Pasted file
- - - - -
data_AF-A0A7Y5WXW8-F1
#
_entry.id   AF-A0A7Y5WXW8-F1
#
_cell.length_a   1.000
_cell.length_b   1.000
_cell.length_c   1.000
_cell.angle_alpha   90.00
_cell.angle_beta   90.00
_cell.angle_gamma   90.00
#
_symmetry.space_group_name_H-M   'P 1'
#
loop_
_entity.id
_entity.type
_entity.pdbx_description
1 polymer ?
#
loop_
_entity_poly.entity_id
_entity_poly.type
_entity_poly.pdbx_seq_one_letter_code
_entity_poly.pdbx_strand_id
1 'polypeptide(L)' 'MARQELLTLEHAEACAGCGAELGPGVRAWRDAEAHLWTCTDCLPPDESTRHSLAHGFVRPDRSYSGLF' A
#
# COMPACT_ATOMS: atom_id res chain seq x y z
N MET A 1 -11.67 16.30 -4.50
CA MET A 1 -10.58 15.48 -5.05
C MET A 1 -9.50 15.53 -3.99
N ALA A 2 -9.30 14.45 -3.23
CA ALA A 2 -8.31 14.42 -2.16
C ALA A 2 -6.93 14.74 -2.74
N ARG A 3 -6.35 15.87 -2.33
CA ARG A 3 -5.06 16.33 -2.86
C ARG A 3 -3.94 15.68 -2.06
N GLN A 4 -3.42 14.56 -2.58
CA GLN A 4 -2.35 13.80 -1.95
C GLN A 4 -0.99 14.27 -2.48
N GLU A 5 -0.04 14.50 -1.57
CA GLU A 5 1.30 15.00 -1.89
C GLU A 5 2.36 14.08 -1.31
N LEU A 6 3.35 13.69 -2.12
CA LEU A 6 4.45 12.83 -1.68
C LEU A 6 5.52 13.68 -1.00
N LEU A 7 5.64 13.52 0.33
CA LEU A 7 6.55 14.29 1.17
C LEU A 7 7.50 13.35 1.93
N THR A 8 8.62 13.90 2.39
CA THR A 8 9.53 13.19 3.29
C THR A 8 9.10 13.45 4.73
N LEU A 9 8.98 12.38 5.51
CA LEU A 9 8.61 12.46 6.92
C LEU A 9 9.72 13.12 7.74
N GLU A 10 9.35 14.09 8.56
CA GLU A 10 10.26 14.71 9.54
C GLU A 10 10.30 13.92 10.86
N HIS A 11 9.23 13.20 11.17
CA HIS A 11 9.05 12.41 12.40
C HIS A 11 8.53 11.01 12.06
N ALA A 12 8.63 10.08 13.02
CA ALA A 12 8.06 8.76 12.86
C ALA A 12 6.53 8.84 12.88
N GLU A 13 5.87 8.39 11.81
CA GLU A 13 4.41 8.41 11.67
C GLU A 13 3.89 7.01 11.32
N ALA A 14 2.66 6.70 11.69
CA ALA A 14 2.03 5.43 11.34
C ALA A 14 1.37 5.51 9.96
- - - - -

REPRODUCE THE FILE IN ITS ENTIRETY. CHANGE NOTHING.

data_AF-A0A7Y5WXW8-F1
#
_entry.id   AF-A0A7Y5WXW8-F1
#
_cell.length_a   1.000
_cell.length_b   1.000
_cell.length_c   1.000
_cell.angle_alpha   90.00
_cell.angle_beta   90.00
_cell.angle_gamma   90.00
#
_symmetry.space_group_name_H-M   'P 1'
#
loop_
_entity.id
_entity.type
_entity.pdbx_description
1 polymer ?
#
loop_
_entity_poly.entity_id
_entity_poly.type
_entity_poly.pdbx_seq_one_letter_code
_entity_poly.pdbx_strand_id
1 'polypeptide(L)' 'MARQELLTLEHAEACAGCGAELGPGVRAWRDAEAHLWTCTDCLPPDESTRHSLAHGFVRPDRSYSGLF' A
#
# COMPACT_ATOMS: atom_id res chain seq x y z
N MET A 1 -11.67 16.30 -4.50
CA MET A 1 -10.58 15.48 -5.05
C MET A 1 -9.50 15.53 -3.99
N ALA A 2 -9.30 14.45 -3.23
CA ALA A 2 -8.31 14.42 -2.16
C ALA A 2 -6.93 14.74 -2.74
N ARG A 3 -6.35 15.87 -2.33
CA ARG A 3 -5.06 16.33 -2.86
C ARG A 3 -3.94 15.68 -2.06
N GLN A 4 -3.42 14.56 -2.58
CA GLN A 4 -2.35 13.80 -1.95
C GLN A 4 -0.99 14.27 -2.48
N GLU A 5 -0.04 14.50 -1.57
CA GLU A 5 1.30 15.00 -1.89
C GLU A 5 2.36 14.08 -1.31
N LEU A 6 3.35 13.69 -2.12
CA LEU A 6 4.45 12.83 -1.68
C LEU A 6 5.52 13.68 -1.00
N LEU A 7 5.64 13.52 0.33
CA LEU A 7 6.55 14.29 1.17
C LEU A 7 7.50 13.35 1.93
N THR A 8 8.62 13.90 2.39
CA THR A 8 9.53 13.19 3.29
C THR A 8 9.10 13.45 4.73
N LEU A 9 8.98 12.38 5.51
CA LEU A 9 8.61 12.46 6.92
C LEU A 9 9.72 13.12 7.74
N GLU A 10 9.35 14.09 8.56
CA GLU A 10 10.26 14.71 9.54
C GLU A 10 10.30 13.92 10.86
N HIS A 11 9.23 13.20 11.17
CA HIS A 11 9.05 12.41 12.40
C HIS A 11 8.53 11.01 12.06
N ALA A 12 8.63 10.08 13.02
CA ALA A 12 8.06 8.76 12.86
C ALA A 12 6.53 8.84 12.88
N GLU A 13 5.87 8.39 11.81
CA GLU A 13 4.41 8.41 11.67
C GLU A 13 3.89 7.01 11.32
N ALA A 14 2.66 6.70 11.69
CA ALA A 14 2.03 5.43 11.34
C ALA A 14 1.37 5.51 9.96